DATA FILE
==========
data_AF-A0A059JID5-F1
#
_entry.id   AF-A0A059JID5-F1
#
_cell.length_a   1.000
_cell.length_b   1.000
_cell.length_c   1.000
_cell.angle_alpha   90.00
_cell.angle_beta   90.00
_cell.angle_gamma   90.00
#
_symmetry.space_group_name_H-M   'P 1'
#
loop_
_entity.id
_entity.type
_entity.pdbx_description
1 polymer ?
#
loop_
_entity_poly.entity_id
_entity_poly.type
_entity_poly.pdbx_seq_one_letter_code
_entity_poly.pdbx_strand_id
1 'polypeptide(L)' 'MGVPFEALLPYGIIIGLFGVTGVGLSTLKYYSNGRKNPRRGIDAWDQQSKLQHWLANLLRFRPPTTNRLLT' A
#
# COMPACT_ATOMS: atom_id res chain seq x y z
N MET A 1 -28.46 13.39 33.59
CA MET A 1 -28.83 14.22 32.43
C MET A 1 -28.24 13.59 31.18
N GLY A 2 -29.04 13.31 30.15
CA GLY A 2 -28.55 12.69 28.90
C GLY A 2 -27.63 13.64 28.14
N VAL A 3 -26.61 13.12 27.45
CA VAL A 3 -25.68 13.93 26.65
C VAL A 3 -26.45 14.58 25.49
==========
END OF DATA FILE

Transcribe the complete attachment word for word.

data_AF-A0A059JID5-F1
#
_entry.id   AF-A0A059JID5-F1
#
_cell.length_a   1.000
_cell.length_b   1.000
_cell.length_c   1.000
_cell.angle_alpha   90.00
_cell.angle_beta   90.00
_cell.angle_gamma   90.00
#
_symmetry.space_group_name_H-M   'P 1'
#
loop_
_entity.id
_entity.type
_entity.pdbx_description
1 polymer ?
#
loop_
_entity_poly.entity_id
_entity_poly.type
_entity_poly.pdbx_seq_one_letter_code
_entity_poly.pdbx_strand_id
1 'polypeptide(L)' 'MGVPFEALLPYGIIIGLFGVTGVGLSTLKYYSNGRKNPRRGIDAWDQQSKLQHWLANLLRFRPPTTNRLLT' A
#
# COMPACT_ATOMS: atom_id res chain seq x y z
N MET A 1 -28.46 13.39 33.59
CA MET A 1 -28.83 14.22 32.43
C MET A 1 -28.24 13.59 31.18
N GLY A 2 -29.04 13.31 30.15
CA GLY A 2 -28.55 12.69 28.90
C GLY A 2 -27.63 13.64 28.14
N VAL A 3 -26.61 13.12 27.45
CA VAL A 3 -25.68 13.93 26.65
C VAL A 3 -26.45 14.58 25.49